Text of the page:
on November 18, 2002
The only credit I can give this book is in its use of discovery/intention statements...Here is what I have discovered about becoming a master student, buy Walter Pauk's book "How To Study In College". Being a master student does not cover the Cornell note taking method clearly enough, which has been scientifically proven to be the best note taking method for students. Becoming a master student is so politically correct the information gets lost within the HE-SHE flip flops throughout the book. Being a master student fails to give the student the one most important question all students MUST ask themselves after a lecture or a reading session, DO I UNDERSTAND. Being a master student fails to get down to the point. The only thing this book is, or that I consider it to be, is a collection of hints and goofy quotes. If you want to understand what you have read buy "How to Read a Book" by Adler and Van Doren. If you want to take good notes follow these directions.
How to listen.
Attitude: Your obligation to yourself is to maintain a positive attitude towards the lecturer. The person speaking has spent hundreds of hours reading, studying, and researching in order to give you the information in your class.
Attention: Pay attention to how much attention you are paying to the lecture. Notice when you start to drift off. Think actively about the information being delivered. Become mentally involved with the lecture and ask clarifying questions. If you are getting confused ask more questions, this helps both you and the instructor. Anticipate what the lecture is going to be about and think ahead. Review the course syllabus before every class meeting. Listen for ideas not just for facts. Avoid distractions, both internal and external.
Adjust: Be flexible with the instructor. If the instructor goes off the topic, don't become upset, just roll with it. Be open to ideas and facts that might conflict with your own.
How to take notes.
1. Create short statements in the main body of your notebook using telegraphic and declarative statements.
2. Use plenty of paper. Each statement gets two to four blank spaces after it.
3. After the class is over fill in any gaps in your notes. Clarify any vague short-hand 'B5=bloody fifth'.
4. Summarize the lecture in complete sentences at the end of your notes. This is done between classes or at home. The sooner the better.
5. When you are home create questions and write them down on the blank side of the previous note-taking page.
6. Review all (entire semesters or quarters worth) of your notes at least once a week.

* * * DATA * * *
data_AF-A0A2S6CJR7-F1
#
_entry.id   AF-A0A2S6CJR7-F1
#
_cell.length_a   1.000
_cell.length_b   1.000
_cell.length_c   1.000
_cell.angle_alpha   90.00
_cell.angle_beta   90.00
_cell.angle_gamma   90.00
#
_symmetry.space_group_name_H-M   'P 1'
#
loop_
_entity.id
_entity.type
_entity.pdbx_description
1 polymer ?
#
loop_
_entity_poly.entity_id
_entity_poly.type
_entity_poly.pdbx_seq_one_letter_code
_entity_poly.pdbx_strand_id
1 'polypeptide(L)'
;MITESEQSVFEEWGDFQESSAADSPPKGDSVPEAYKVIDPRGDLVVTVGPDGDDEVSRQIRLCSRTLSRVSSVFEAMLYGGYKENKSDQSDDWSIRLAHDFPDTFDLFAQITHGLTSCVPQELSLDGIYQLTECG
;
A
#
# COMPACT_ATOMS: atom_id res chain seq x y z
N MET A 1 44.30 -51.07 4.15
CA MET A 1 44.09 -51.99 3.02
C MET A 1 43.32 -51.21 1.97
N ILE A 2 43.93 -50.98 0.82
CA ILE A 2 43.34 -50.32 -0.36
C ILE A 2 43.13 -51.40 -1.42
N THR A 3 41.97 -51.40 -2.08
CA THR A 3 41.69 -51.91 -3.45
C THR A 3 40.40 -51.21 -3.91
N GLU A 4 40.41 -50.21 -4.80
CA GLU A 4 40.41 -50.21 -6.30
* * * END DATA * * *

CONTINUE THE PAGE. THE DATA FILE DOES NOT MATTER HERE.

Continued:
How to summarize.
Classify the lecture or book according to kind and subject matter.
State what the whole lecture or book is about with the utmost brevity.
List the major parts in their order and relation, and outline these parts as you have outlined the whole lecture or book.
Define the problem or problems the author or speaker has tried to solve.
Come to an understanding with the author or speaker by interpreting the key words that are being used.
Grasp the author or speakers leading propositions by dealing with the most important sentences that have been used.
Know the arguments, by finding them in, or constructing them out of, sequences of sentences.
Determine which problems the author or speaker has solved, and which were not solved; and of the latter, decide which the author or speaker knew that they had failed to solve
State what the entire book or lecture was about.
Break it into its parts.
Explain how the parts relate to the whole.
How to study your notes.
Read your cue questions.
Attempt to answer your cue question.
Don't struggle for the answer. Peek at the answer if you have to, and then move on.
Make over-learning (instant recall) your goal.
Refresh your memory at least three times a week.
If you want to improve your concentration and attention, put a wide rubber-band on your wrist and every time you notice your concentration or attention wonder snap the rubber-band on your wrist. Take my word for it you'll be a major concentration machine in a few weeks.
To answer your question, why did I buy this book? I received a "B" in a Spanish class and dicided that I may need a study skills class, even thogh I had spent two years researching study skills, I thought I might be missing something in my tool chest. Becoming a master student was the required text. In my opinion, Becoming a master student is the perfect book for someone in the 7th through the 10th grades. My niece who happens to be 13 now owns my copy of Becoming a master student.